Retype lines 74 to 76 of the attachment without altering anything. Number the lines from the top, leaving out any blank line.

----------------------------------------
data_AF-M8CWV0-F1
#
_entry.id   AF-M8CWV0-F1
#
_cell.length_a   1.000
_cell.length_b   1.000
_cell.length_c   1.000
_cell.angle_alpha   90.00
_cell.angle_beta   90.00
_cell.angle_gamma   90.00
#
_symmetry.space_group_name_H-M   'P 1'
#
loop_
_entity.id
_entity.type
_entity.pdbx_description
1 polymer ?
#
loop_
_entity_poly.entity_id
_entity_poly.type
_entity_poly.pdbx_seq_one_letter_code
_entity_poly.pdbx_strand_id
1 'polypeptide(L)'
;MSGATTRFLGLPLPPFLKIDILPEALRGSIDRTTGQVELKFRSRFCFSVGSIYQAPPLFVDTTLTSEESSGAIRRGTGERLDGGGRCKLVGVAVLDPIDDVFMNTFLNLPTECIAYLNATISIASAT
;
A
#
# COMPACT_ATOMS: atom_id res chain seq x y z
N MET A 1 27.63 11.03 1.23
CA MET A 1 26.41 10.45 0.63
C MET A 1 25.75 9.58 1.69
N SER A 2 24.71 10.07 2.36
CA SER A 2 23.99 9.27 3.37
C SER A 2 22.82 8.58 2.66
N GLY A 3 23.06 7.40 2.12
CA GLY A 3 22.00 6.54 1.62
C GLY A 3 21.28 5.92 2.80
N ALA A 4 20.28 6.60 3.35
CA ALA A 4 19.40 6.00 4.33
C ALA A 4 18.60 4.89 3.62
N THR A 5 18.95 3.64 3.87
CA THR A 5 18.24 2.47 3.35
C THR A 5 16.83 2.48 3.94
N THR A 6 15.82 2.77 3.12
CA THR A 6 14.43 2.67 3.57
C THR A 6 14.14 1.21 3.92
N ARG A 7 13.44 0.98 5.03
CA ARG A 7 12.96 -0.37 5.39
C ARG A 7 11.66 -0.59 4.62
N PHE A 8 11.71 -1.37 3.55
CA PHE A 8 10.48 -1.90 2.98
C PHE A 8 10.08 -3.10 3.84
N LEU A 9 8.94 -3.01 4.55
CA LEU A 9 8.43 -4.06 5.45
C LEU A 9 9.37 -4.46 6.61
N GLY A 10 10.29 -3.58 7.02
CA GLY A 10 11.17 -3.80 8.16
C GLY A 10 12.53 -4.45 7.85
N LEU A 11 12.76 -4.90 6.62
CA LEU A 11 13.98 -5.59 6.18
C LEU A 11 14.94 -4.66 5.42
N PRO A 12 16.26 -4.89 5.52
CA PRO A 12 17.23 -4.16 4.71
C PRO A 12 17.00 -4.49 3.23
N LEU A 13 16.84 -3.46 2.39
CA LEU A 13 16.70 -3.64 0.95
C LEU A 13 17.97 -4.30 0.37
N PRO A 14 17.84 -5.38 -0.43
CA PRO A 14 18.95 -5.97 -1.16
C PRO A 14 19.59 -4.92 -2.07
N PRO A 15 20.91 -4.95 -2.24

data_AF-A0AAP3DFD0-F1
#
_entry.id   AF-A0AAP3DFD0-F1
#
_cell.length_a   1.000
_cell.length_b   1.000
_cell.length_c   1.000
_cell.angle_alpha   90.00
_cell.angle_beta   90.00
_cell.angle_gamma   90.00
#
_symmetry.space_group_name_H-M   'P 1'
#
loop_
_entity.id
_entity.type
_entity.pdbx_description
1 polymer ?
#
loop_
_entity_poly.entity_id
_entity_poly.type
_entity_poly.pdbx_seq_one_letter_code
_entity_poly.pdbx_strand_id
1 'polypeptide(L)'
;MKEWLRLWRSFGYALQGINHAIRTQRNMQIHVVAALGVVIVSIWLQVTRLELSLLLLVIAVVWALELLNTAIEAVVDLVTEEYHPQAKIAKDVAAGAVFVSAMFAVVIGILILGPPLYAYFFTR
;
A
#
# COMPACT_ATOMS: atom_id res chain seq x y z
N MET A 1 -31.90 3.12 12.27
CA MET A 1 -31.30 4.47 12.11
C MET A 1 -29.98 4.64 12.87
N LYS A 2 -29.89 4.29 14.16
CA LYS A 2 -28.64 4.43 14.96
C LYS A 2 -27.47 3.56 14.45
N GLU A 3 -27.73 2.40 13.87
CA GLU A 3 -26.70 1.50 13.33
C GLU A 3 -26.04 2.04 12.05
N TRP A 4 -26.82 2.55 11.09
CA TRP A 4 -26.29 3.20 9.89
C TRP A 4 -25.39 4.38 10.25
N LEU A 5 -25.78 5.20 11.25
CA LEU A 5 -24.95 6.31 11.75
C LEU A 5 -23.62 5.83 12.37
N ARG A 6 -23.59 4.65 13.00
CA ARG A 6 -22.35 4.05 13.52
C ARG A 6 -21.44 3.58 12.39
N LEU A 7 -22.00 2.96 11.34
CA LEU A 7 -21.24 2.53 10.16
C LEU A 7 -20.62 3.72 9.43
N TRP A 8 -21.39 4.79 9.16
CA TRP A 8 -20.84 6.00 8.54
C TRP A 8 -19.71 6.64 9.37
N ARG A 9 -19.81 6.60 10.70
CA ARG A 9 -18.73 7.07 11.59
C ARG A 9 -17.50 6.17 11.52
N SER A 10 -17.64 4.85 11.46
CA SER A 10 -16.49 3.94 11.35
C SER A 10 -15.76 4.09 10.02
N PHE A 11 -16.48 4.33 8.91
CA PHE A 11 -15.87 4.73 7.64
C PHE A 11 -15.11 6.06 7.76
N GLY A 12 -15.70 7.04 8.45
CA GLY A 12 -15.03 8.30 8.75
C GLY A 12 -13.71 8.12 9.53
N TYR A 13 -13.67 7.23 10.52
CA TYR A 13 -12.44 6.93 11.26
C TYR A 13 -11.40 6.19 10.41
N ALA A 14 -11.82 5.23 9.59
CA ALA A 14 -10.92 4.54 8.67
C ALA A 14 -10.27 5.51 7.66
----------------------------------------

data_AF-A0AAP3DFD0-F1
#
_entry.id   AF-A0AAP3DFD0-F1